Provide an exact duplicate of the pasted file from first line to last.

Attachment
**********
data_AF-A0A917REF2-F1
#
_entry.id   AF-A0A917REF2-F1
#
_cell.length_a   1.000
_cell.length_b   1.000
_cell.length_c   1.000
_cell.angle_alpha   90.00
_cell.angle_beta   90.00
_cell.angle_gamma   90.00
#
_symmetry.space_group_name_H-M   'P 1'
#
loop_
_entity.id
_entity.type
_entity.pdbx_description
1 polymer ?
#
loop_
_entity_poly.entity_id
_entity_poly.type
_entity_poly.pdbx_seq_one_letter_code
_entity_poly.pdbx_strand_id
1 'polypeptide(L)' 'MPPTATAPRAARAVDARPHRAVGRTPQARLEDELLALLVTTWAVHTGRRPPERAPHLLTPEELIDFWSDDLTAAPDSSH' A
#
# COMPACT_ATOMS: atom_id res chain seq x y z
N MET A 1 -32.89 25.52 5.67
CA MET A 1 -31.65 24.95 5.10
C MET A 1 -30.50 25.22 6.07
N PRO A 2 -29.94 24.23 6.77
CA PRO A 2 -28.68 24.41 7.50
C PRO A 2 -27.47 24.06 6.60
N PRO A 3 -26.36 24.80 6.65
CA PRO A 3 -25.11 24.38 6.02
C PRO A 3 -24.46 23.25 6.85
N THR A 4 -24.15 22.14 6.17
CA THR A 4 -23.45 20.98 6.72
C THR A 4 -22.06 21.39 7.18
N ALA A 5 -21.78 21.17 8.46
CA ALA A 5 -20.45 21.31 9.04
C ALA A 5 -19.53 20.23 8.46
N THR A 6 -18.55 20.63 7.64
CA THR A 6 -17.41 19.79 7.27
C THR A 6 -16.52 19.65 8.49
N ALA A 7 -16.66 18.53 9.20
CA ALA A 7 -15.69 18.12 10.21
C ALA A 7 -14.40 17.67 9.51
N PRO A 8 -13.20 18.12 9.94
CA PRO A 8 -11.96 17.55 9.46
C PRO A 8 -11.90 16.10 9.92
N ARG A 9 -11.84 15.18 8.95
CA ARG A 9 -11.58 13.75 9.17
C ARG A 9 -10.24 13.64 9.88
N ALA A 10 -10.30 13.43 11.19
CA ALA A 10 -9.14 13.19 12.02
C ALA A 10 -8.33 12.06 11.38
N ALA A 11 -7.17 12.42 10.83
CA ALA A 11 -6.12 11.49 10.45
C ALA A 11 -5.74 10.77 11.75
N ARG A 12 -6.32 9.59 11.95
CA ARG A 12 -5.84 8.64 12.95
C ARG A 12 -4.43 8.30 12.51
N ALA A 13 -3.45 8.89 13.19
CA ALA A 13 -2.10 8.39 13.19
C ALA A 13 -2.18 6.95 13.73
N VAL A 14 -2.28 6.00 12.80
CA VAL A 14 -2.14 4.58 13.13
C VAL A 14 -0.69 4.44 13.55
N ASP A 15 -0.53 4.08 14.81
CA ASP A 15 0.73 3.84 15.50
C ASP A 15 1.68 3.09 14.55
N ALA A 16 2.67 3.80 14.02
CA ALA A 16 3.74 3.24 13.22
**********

data_AF-A0A917REF2-F1
#
_entry.id   AF-A0A917REF2-F1
#
_cell.length_a   1.000
_cell.length_b   1.000
_cell.length_c   1.000
_cell.angle_alpha   90.00
_cell.angle_beta   90.00
_cell.angle_gamma   90.00
#
_symmetry.space_group_name_H-M   'P 1'
#
loop_
_entity.id
_entity.type
_entity.pdbx_description
1 polymer ?
#
loop_
_entity_poly.entity_id
_entity_poly.type
_entity_poly.pdbx_seq_one_letter_code
_entity_poly.pdbx_strand_id
1 'polypeptide(L)' 'MPPTATAPRAARAVDARPHRAVGRTPQARLEDELLALLVTTWAVHTGRRPPERAPHLLTPEELIDFWSDDLTAAPDSSH' A
#
# COMPACT_ATOMS: atom_id res chain seq x y z
N MET A 1 -32.89 25.52 5.67
CA MET A 1 -31.65 24.95 5.10
C MET A 1 -30.50 25.22 6.07
N PRO A 2 -29.94 24.23 6.77
CA PRO A 2 -28.68 24.41 7.50
C PRO A 2 -27.47 24.06 6.60
N PRO A 3 -26.36 24.80 6.65
CA PRO A 3 -25.11 24.38 6.02
C PRO A 3 -24.46 23.25 6.85
N THR A 4 -24.15 22.14 6.17
CA THR A 4 -23.45 20.98 6.72
C THR A 4 -22.06 21.39 7.18
N ALA A 5 -21.78 21.17 8.46
CA ALA A 5 -20.45 21.31 9.04
C ALA A 5 -19.53 20.23 8.46
N THR A 6 -18.55 20.63 7.64
CA THR A 6 -17.41 19.79 7.27
C THR A 6 -16.52 19.65 8.49
N ALA A 7 -16.66 18.53 9.20
CA ALA A 7 -15.69 18.12 10.21
C ALA A 7 -14.40 17.67 9.51
N PRO A 8 -13.20 18.12 9.94
CA PRO A 8 -11.96 17.55 9.46
C PRO A 8 -11.90 16.10 9.92
N ARG A 9 -11.84 15.18 8.95
CA ARG A 9 -11.58 13.75 9.17
C ARG A 9 -10.24 13.64 9.88
N ALA A 10 -10.30 13.43 11.19
CA ALA A 10 -9.14 13.19 12.02
C ALA A 10 -8.33 12.06 11.38
N ALA A 11 -7.17 12.42 10.83
CA ALA A 11 -6.12 11.49 10.45
C ALA A 11 -5.74 10.77 11.75
N ARG A 12 -6.32 9.59 11.95
CA ARG A 12 -5.84 8.64 12.95
C ARG A 12 -4.43 8.30 12.51
N ALA A 13 -3.45 8.89 13.19
CA ALA A 13 -2.10 8.39 13.19
C ALA A 13 -2.18 6.95 13.73
N VAL A 14 -2.28 6.00 12.80
CA VAL A 14 -2.14 4.58 13.13
C VAL A 14 -0.69 4.44 13.55
N ASP A 15 -0.53 4.08 14.81
CA ASP A 15 0.73 3.84 15.50
C ASP A 15 1.68 3.09 14.55
N ALA A 16 2.67 3.80 14.02
CA ALA A 16 3.74 3.24 13.22